“In a general sense dew is an image of the truth that makes the heart and life fruitful in goodness ; or the truth of peace. Dew refreshes vegetation and stimulates it to fruitfulness; and spiritually it symbolizes the truth that makes the heart and life fruitful in goodness. With this meaning of dew in our memories, every fact in relation to the forniation and use of dew will be spiritually instructive and highly poetic.
* First, notice the origin of dew. Dew is formed by the surfaces of bodies which are colder than the neighbouring air coming in contact with the vapour which the air holds in suspension. From this fact it follows, that dew is formed either wholly of chietly at night, and it is found to be formed more copiously between midnight and sunrise than between sunset and midnight.
“These facts may seem of little importance to us as spiritual beings ; hut when we remeniber that the Infinite God said, 'I will be as the dew unto Israel,' they are at ouce invested with deep and great significance. Night is not only a physical fact; it is a spiritual fact also, and night comes to the human soul. We are often without clear mental light; the understanding is overshadowed. We have striven manfully and cheer. fully, and worked with good heart in the sunshine and warmth of prosperity and successful enterprise ; for a season friendships have been pure and sweet ; life has been without crosses ; desires have been abundantly gratified, we have gained our ends, and had our own way, and our hearts have rejoiced in the day of our exaltation. But this day of longer or shorter duration has at last come to an end, and night has succeeded. Everything, somehow, has seemed to be under a shadow ; we appear to be at cross purposes with our very selves ; every thorn seems to have for us an extra scratch ; if a conterfeit coin is in currency, we are sure to get it in our change ; if flour goes down in price, we are sure to have ordered a sack just before the fall occurred ; in fact, one might conclude at times, that everything was leagued in a conspiracy against us, and took a special pleasure in our mortification. This is our night. But it is never to be forgotten, that it is during this night, the night of the soul, when, if ever, the Divine Truth comes to us as the dew. The dew is one of the blessings of the night : it is one of night's best features, and reconciles us somewhat to its coming; it is one of nature's loveliest works, and without the night we should never be blessed by it or see it more."
One remark on this passage. Not the troubled, but the tranquil night, is that after which the dew is found.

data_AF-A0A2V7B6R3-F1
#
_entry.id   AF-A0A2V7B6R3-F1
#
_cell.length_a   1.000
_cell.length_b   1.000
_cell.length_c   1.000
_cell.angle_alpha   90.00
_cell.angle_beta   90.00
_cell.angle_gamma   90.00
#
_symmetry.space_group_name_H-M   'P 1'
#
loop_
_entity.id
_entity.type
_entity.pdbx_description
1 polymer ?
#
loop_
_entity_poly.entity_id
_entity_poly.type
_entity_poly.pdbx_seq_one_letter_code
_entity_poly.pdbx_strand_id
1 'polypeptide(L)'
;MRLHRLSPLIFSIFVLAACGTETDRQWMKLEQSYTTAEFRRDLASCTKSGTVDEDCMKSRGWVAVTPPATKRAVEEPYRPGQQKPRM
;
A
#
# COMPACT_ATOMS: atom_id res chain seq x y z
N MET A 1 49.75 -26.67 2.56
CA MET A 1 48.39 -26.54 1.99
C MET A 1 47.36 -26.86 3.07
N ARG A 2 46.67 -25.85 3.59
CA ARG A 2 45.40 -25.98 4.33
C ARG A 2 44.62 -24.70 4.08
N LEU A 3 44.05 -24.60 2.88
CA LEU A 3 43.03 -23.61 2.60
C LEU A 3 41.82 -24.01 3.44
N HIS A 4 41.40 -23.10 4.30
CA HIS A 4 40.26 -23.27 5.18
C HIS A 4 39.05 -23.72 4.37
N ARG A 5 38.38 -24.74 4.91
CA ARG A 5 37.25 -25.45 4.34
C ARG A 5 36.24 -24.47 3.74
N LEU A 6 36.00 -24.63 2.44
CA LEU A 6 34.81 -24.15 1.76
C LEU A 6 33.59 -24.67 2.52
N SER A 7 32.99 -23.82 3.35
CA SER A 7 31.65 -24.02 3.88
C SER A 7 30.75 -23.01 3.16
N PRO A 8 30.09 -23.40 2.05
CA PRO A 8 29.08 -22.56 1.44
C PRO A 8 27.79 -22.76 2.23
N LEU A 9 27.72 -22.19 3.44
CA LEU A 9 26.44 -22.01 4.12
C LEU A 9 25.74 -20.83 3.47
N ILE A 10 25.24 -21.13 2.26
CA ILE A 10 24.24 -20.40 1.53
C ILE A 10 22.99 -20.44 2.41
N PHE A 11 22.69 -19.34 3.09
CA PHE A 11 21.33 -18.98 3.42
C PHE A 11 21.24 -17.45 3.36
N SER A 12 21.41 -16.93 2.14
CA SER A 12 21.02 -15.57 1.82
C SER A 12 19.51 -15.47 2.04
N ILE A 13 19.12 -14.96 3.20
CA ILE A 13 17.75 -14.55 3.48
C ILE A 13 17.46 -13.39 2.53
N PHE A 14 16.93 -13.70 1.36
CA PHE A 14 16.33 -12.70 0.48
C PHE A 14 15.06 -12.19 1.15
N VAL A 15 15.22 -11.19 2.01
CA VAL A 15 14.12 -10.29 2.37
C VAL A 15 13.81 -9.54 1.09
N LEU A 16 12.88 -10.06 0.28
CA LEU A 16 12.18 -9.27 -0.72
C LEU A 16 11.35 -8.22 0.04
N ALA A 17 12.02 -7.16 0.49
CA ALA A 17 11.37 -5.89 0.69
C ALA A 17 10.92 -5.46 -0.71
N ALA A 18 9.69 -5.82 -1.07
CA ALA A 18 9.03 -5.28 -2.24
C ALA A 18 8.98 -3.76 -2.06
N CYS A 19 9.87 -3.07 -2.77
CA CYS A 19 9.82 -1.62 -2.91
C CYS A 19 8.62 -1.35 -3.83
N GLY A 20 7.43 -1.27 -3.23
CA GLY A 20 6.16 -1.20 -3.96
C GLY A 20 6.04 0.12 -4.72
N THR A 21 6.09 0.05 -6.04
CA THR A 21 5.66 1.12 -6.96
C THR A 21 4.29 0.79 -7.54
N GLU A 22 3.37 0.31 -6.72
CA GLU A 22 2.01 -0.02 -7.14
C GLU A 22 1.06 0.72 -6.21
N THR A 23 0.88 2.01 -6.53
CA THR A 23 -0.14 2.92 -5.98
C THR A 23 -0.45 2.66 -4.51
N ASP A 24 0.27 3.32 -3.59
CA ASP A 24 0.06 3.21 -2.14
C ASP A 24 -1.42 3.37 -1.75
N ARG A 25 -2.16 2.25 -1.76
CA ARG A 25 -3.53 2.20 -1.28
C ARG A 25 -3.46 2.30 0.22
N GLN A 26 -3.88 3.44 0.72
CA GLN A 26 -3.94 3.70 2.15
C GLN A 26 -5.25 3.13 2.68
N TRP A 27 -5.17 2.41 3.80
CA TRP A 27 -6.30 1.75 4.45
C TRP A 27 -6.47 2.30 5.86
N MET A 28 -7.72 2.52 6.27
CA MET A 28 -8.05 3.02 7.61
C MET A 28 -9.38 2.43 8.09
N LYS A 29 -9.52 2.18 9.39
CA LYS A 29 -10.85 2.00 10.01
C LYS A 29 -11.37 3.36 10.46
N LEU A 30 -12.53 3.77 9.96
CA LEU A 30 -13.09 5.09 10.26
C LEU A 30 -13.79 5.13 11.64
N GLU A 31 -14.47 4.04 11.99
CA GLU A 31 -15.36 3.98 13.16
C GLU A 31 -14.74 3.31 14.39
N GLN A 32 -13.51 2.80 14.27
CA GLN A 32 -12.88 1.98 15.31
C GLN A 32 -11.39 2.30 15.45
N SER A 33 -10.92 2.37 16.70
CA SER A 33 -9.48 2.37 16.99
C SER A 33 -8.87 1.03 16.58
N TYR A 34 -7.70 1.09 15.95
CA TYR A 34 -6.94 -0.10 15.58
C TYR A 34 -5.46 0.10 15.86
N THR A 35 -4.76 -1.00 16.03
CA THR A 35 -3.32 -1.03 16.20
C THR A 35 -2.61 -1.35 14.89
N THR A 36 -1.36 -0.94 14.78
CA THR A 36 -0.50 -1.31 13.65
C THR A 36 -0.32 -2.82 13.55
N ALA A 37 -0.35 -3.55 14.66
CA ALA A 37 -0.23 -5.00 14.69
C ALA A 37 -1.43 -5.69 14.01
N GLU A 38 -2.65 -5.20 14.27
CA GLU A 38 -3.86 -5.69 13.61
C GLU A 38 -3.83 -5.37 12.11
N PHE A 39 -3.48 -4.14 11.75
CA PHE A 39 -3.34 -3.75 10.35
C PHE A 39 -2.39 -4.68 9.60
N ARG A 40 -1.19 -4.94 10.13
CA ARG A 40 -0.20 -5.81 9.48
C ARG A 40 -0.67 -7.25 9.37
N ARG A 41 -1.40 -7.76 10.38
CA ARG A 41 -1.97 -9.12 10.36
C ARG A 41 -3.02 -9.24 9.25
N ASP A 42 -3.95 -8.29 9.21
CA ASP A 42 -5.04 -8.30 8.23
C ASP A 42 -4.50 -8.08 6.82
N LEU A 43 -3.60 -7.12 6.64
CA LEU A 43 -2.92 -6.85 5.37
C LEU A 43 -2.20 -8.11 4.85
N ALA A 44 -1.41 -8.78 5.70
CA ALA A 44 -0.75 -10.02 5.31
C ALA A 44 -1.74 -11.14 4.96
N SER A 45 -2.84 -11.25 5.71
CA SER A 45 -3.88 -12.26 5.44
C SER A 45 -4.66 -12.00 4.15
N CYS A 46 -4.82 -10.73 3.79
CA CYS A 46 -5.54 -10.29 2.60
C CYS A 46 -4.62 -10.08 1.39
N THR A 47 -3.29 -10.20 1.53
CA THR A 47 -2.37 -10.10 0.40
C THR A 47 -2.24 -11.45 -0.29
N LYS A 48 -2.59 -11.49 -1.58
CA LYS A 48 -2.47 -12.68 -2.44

Mr. Rodgers' book is very tastefully got up. The rising sun on the cover of the book, which is very artistically executed, inay be regarded as emblematic of its contents. But we have no doubt that the sun which even now sparkles in the dew of his early thoughts, albeit these are the outcome of his “night thoughts," will, when it attains to a greater altitude, give a more certain as well as a more powerful light, and will warm as well as enlighten, and invigorate as well as cheer, all who come under its influence.
CHRISTIAN UNION.-A great effort is assembled express no authority but their made by Dr. Döllinger and other leaders own. The Church of England has taken of the Old Catholic movement to pro. no corporate part in these discussions ; mote union among the different branches and what an eminent Churchman has of the divided Episcopal Church. We designated " The Church in England,” say the Episcopal Church, for it does i.e., the dissenting communities, has not seem to have entered the minds of taken no part whatever in the movethose who have recently held a six days' ment. The moving and the guiding Conference at Bonn to promote this unity spirit in the work is the President, Dr. of the brethren, that any other branches Döllinger, who has brought to the task of the Christian Church were interested immense erudition, and exercised unin the matter, or needed to be consulted failing tact and patience in the effort to on the subject. The parties who have accomplish his purpose. A divided assembled at this Conference are the Old Godhead will ever be accompanied by a Catholics, the Greek Church, and certain divided Church; and not in the effort leading inembers of the Church of Eng. to restore the Old, but in the cordial land. About one hundred members acceptance of the New, will be found the attended the Conference. Dr. Döllinger, solid ground of real unity. from the chair, seems to have given quite a number of long addresses on a PURGATORY.-Dr. Döllinger's diver. variety of topics connected with the his- gence from the Papacy is not only in tory of the Church, and of the develop- ecclesiastical but also in doctrinal mat. ment of its dogmatic statements. The ters. The following is his statement at great aim was to procure a general state the recent Conference respecting the ment on the doctrine of the procession Papal doctrine of Purgatory &“It must of the Holy Ghost, which divides the first be noticed that it was only amongst Eastern and Western Churches. Pro- the Germans and Dutch that the compositions were submitted by Canon mon expression (Fegefeuer-cleansing Liddon and the Dean of Chester on the fire) introduced the idea of a material part of Anglicans. Those presented by fire. It was not necessarily contained the Greek Church conceded nothing, in the word Purgatorium. The ancient and offering, therefore, no base of union, Church knew nothing of a purgatory, were speedily withdrawn. In the end, and the first to introduce and fix the a series of propositions by the chairman opinion in the West was Gregory the were accepted. These propositions stated Great, in the year 600. The belief of agreement in accepting the doctrinal de. the ancient Church was, that after death cisions of the ancient undivided Church ; those who were not ripe for the heavenly in denying that the addition of the kingdom were kept in an intermediate Filioque took place in an ecclesiastically state (Hades), where they were gradually regular manner; in acknowledging on purified and prepared for the fulness of all sides the representation of the doc- blessing, and that prayers for them in trine of the Holy Ghost as it is set forth that state were of benefit. All this was by the Fathers of the undivided Church ; only a widely-spread opinion, and was and in rejecting every proposition and not contained in any settled articles of every method of expression in which in faith. The new doctrine that spreal in any way the acknowledgment of two the West was of a fixed place, where principles in the Trinity may be con- souls were purged by material fire, and tained.